Video | Agriculture | Confidence | Economy | Energy | Employment | Finance | Media | Property | RBNZ | Science | SOEs | Tax | Technology | Telecoms | Tourism | Transport | Search


Nothing humble about the bumble

NEWS RELEASE: Nothing humble about the bumble

Tauranga, 27 August 2013:

Avocado growers are keen to hear the latest research findings on the use of bumblebees as pollinators, says AVOCO technical manager Colin Partridge, so they can plan to put the findings into practice and improve the consistency of harvests.

The topic will be addressed at the Australia-New Zealand avocado conference in Tauranga next month, and AVOCO, as principal sponsor of the conference and the largest grower group, appreciates the significance of the research.

“If avocado growers could soon be able to call in special reinforcements to pollinate their trees – the not-so-humble bumblebee – it will do a lot to stabilise the industry and could even help overcome the persistent boom/bust nature of the harvests,” says Mr Partridge.

“I have heard it said that bumblebees are not aerodynamically equipped to fly. The trouble is; no one told them. We certainly know bumblebees are hard workers and are seen to forage in much cooler and darker conditions that honeybees will, so I hope this research will be leading to good results that our growers can implement to increase fruit set."

As threats to traditional honey bees increase the cost of pollination, scientists have turned their attention to wild bumblebees to harness their potential as pollinators of avocado.

Dr David Pattemore, a pollination scientist at the New Zealand Institute for Plant & Food Research, is bringing his findings to the Australia-New Zealand avocado conference in Tauranga in September. His research is being funded internally, with assistance from Pollen Plus and the Avocado Industry Council.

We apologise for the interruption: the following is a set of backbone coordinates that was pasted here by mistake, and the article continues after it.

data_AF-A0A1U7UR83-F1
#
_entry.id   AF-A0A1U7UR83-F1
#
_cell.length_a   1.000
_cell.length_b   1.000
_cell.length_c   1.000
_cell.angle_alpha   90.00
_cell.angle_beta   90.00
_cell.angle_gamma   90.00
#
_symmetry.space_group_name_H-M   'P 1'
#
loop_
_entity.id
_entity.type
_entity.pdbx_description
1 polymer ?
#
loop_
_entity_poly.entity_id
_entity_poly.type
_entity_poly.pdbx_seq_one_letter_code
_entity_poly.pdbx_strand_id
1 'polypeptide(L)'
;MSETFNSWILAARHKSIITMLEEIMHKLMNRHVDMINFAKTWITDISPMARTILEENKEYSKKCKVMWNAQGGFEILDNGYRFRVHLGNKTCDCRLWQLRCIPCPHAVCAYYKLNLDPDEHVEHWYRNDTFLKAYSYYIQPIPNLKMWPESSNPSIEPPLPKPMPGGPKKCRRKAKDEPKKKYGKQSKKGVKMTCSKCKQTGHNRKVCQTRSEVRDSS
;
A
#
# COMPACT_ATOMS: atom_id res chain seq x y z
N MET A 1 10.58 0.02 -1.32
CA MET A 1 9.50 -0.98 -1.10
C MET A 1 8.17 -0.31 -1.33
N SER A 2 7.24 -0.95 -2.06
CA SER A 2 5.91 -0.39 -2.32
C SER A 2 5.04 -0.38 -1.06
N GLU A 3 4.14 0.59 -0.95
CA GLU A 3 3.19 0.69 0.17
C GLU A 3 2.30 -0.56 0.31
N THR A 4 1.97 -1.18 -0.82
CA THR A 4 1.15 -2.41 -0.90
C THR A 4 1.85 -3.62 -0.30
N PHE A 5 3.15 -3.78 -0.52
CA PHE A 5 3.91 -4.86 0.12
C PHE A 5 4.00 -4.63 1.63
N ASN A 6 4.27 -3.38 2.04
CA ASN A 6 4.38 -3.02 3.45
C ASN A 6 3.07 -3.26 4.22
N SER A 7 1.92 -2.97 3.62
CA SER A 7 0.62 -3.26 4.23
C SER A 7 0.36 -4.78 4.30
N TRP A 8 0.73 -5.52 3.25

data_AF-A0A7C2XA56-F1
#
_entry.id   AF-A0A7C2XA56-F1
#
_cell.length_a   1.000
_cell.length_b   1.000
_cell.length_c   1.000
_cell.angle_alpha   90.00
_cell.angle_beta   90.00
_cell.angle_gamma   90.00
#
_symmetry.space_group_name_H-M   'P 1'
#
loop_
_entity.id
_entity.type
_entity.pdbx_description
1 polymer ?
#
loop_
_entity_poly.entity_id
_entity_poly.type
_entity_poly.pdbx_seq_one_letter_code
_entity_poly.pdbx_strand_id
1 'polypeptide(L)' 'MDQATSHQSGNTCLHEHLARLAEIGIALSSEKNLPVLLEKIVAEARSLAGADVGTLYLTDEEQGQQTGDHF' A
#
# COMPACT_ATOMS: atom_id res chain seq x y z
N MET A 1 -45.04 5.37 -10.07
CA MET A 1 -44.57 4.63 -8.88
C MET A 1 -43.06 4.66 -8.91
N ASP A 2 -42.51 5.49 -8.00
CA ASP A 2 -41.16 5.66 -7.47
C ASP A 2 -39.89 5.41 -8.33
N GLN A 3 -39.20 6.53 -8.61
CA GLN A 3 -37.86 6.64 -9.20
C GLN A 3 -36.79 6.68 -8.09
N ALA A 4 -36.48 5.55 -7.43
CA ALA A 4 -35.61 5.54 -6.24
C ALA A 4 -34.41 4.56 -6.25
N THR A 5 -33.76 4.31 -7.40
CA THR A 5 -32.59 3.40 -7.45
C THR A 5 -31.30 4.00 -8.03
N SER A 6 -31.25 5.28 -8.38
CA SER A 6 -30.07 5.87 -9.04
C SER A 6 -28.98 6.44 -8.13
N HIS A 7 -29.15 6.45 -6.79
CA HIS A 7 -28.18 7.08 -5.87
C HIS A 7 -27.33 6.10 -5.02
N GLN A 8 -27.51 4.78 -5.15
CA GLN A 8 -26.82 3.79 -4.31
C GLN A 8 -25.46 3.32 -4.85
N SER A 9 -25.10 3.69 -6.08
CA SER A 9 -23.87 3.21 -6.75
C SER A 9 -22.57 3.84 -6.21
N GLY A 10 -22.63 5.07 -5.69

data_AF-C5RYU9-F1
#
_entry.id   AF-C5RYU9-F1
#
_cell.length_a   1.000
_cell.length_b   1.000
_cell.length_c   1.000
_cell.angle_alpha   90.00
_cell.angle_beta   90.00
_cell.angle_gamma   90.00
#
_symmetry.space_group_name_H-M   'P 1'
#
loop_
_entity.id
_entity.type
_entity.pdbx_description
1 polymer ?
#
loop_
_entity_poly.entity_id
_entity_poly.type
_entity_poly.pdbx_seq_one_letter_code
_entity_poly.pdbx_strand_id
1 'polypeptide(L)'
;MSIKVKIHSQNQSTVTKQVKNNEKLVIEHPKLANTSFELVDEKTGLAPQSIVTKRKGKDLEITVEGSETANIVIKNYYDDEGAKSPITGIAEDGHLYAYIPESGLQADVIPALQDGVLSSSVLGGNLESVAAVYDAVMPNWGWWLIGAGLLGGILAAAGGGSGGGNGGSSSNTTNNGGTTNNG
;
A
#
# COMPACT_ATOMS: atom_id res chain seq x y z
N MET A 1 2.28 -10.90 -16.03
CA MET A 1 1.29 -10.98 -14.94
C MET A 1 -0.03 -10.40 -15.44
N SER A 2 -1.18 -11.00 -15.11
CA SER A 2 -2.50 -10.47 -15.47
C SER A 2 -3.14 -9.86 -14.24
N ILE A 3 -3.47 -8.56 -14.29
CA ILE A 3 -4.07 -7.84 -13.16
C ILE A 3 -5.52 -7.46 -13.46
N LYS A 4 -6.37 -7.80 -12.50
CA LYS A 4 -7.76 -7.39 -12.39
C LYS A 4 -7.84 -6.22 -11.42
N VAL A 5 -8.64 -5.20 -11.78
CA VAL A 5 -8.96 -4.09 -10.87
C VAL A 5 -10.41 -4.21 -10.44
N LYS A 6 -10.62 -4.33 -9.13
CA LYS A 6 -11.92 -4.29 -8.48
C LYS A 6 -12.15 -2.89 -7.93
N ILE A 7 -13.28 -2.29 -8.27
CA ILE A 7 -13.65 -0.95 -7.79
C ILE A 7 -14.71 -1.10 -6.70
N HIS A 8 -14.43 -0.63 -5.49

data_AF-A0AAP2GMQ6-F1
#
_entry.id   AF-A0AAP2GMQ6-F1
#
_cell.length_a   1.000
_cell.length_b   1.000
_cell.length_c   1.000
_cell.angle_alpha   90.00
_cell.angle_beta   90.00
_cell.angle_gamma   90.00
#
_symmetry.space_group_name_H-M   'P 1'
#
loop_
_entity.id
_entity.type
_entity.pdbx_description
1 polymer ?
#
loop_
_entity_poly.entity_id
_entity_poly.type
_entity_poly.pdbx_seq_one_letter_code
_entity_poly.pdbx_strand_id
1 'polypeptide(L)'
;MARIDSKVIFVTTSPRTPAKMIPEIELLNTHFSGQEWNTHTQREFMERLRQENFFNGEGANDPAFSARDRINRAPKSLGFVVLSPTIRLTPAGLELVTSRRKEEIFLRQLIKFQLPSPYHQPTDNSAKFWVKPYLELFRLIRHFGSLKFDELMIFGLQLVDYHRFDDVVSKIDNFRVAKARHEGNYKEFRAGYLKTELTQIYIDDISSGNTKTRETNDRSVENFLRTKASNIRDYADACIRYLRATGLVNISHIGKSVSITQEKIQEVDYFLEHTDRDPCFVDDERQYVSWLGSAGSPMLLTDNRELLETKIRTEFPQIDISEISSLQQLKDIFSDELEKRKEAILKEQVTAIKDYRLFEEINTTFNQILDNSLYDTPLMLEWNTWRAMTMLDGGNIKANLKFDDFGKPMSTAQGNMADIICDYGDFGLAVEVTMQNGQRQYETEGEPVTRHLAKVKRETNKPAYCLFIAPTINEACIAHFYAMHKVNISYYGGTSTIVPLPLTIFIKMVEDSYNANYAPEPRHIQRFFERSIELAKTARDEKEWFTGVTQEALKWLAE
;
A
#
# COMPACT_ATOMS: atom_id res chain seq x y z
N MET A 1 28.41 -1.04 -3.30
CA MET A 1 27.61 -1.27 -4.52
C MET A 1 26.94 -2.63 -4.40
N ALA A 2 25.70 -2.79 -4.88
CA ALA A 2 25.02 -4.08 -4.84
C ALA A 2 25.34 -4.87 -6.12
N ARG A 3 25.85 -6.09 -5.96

“We know for many crops that bumblebees are much more effective as pollinators [than honey bees],” reports Dr Pattemore. “They carry more pollen and are better at cross pollination.

“Each bumblebee does the work of 50 honey bees on kiwifruit, and we are expecting the ratio to be pretty similar on avocados.”

The avocado industry is plagued by the boom and bust nature of the harvest, with trees tending to produce copious amounts of fruit one year, then little the next. This is known in the industry as irregular bearing. Part of the problem is that the trees have maturing fruit and next season’s flowers on the tree at the same time.

“The overall aim of our research on avocado pollination is to find ways to increase fruit set in years that would typically result in low fruit numbers,” says Dr Pattemore, “We believe that providing growers with the ability to manage highly effective bumblebees is an important part of the solution.”

The researchers started by building artificial nesting boxes to attract bumblebees. A pilot trial was run in five Bay of Plenty avocado orchards. The orchards were monitored to determine the percentage of hives occupied, the size of the colonies achieved, and this information will direct future research.